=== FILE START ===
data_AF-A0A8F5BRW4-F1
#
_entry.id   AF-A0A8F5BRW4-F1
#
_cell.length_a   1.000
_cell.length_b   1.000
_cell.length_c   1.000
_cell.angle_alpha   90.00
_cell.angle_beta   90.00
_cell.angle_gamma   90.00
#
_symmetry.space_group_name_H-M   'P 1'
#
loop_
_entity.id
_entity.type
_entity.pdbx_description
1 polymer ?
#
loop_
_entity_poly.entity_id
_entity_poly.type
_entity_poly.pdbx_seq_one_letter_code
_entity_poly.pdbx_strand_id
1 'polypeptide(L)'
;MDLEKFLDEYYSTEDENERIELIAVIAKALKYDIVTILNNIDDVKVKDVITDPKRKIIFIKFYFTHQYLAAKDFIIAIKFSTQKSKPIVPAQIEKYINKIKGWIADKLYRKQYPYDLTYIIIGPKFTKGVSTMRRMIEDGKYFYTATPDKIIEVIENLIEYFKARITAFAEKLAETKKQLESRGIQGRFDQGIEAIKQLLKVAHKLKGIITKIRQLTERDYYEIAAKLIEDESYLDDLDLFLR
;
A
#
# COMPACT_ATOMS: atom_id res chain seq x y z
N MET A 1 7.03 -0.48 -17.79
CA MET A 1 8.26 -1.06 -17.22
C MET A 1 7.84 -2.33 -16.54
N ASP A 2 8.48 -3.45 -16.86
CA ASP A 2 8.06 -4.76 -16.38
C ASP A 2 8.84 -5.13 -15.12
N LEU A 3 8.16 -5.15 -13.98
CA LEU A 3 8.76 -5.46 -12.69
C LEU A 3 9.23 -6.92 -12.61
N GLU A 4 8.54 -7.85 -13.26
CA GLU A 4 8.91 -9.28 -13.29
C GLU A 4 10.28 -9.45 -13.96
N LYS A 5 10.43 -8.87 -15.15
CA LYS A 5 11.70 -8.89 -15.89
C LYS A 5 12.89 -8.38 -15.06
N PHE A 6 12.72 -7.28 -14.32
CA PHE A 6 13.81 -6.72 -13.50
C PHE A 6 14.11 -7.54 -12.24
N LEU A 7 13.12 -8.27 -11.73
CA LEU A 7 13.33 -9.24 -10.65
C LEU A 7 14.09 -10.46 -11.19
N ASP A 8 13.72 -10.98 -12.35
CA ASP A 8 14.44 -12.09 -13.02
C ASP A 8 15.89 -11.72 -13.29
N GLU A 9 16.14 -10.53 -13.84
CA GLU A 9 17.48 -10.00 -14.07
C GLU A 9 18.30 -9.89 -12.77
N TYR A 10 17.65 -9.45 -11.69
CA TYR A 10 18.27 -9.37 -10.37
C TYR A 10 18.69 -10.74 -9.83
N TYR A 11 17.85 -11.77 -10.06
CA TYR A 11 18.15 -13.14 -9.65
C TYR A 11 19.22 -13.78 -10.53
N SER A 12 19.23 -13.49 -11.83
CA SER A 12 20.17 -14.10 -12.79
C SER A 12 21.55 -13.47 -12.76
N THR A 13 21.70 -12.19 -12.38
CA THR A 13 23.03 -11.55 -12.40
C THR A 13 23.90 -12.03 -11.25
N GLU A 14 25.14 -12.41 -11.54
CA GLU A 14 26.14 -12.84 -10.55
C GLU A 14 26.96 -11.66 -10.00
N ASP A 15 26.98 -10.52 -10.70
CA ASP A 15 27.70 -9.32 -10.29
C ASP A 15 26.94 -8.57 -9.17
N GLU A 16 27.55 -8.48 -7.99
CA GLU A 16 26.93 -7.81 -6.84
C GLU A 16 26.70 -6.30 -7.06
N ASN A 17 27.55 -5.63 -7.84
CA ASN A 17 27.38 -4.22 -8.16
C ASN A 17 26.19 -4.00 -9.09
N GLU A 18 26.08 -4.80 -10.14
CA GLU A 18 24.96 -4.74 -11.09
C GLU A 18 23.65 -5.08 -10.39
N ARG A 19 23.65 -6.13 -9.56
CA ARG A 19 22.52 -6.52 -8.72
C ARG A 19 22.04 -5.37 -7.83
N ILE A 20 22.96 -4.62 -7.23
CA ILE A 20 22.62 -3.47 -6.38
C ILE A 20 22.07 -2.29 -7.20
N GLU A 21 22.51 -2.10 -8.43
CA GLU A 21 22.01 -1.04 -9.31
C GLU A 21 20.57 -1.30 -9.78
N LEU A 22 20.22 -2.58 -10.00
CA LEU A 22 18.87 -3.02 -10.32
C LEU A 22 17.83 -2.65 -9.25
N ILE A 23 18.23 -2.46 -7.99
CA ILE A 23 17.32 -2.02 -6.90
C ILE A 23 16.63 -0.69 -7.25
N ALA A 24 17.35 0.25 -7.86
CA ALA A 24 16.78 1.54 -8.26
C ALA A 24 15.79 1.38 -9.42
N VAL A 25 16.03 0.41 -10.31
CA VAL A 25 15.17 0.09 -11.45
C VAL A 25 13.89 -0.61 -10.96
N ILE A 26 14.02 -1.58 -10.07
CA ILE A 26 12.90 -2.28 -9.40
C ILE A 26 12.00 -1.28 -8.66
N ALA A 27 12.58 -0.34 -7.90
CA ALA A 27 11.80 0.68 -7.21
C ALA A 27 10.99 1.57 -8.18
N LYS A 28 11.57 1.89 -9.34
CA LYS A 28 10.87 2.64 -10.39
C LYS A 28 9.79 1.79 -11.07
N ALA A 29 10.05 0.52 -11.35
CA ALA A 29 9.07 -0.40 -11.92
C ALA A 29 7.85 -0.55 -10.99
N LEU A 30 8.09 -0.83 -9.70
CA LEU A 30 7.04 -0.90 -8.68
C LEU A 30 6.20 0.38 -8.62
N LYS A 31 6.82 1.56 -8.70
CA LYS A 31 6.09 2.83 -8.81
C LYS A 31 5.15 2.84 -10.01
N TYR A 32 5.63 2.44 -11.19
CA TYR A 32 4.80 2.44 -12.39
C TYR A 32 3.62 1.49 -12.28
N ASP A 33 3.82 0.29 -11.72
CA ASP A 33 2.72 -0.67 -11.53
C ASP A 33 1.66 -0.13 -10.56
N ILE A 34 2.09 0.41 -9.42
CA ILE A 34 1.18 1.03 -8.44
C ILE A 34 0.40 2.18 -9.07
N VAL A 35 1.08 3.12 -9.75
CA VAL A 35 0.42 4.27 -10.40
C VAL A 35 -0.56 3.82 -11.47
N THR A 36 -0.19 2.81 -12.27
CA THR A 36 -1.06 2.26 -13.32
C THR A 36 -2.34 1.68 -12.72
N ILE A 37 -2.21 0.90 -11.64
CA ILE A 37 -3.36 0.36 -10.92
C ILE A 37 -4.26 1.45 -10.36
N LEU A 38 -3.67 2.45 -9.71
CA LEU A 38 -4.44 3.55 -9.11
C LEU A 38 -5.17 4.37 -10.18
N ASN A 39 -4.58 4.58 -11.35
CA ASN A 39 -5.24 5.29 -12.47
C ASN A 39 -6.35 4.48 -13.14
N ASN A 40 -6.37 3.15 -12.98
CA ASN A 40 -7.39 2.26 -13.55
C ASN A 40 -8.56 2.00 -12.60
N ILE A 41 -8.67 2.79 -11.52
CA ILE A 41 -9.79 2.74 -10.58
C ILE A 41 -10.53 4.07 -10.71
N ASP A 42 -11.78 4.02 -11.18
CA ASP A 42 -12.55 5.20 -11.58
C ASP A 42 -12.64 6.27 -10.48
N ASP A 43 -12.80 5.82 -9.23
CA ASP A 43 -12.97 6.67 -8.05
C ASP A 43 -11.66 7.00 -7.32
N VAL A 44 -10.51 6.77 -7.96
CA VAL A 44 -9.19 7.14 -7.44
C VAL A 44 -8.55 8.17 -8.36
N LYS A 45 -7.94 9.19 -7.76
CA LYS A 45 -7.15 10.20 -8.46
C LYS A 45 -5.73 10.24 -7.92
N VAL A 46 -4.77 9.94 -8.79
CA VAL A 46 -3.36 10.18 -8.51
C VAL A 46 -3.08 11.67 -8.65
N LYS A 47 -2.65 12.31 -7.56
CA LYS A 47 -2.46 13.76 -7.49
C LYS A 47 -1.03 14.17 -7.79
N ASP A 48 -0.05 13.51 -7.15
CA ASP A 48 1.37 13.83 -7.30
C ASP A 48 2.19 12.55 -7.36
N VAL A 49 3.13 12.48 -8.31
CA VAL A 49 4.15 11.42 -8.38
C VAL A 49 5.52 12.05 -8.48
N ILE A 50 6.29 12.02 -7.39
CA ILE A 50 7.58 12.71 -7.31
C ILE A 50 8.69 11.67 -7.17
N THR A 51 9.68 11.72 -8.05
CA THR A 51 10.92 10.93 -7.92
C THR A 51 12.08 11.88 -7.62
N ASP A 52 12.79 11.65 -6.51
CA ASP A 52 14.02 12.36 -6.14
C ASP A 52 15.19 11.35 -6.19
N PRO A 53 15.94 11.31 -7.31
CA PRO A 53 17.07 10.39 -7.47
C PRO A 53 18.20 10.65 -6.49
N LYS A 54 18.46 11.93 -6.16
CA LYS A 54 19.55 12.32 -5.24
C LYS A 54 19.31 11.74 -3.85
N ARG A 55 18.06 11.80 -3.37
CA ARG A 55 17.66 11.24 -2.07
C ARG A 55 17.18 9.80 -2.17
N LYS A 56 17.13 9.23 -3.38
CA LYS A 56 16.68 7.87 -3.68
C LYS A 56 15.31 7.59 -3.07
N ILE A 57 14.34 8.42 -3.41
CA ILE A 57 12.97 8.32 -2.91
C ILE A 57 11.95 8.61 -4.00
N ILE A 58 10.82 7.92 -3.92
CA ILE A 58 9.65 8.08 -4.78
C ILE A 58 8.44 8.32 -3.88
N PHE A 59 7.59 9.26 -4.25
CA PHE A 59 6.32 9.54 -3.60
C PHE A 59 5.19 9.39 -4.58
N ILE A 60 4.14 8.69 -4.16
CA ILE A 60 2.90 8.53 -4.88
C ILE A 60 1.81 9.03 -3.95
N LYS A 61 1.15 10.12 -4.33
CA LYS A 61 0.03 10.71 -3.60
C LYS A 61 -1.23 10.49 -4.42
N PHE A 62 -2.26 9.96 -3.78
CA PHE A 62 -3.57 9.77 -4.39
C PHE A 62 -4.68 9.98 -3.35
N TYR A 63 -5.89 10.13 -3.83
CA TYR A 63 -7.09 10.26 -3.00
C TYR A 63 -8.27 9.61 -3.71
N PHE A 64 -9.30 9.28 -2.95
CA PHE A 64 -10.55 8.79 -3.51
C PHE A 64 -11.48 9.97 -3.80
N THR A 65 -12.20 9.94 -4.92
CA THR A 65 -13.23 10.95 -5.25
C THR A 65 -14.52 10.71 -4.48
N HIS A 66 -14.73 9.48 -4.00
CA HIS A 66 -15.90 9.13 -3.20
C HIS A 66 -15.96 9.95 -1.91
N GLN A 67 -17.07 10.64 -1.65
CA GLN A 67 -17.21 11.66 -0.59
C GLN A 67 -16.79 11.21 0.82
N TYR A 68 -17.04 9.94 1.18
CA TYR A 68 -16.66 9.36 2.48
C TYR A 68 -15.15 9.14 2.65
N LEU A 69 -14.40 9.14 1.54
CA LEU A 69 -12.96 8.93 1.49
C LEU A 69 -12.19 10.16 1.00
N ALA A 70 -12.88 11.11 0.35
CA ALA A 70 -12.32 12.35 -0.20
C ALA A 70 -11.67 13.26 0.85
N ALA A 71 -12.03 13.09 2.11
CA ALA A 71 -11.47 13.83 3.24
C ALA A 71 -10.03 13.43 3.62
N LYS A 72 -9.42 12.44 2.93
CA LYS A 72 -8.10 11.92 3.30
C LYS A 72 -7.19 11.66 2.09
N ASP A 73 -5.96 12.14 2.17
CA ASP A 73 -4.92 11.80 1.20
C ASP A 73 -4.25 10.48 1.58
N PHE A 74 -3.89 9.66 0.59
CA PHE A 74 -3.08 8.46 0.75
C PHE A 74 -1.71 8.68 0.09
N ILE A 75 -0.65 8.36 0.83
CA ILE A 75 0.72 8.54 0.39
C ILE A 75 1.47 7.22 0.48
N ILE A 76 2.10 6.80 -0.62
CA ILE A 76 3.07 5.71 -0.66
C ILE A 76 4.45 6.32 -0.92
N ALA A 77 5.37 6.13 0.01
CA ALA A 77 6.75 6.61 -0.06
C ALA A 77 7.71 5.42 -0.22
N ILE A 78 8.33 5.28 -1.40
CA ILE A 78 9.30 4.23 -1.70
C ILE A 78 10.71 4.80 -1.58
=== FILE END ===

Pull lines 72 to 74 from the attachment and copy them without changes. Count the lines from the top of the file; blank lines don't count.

C GLU A 14 26.96 -11.66 -10.00
N ASP A 15 26.98 -10.52 -10.70
CA ASP A 15 27.70 -9.32 -10.29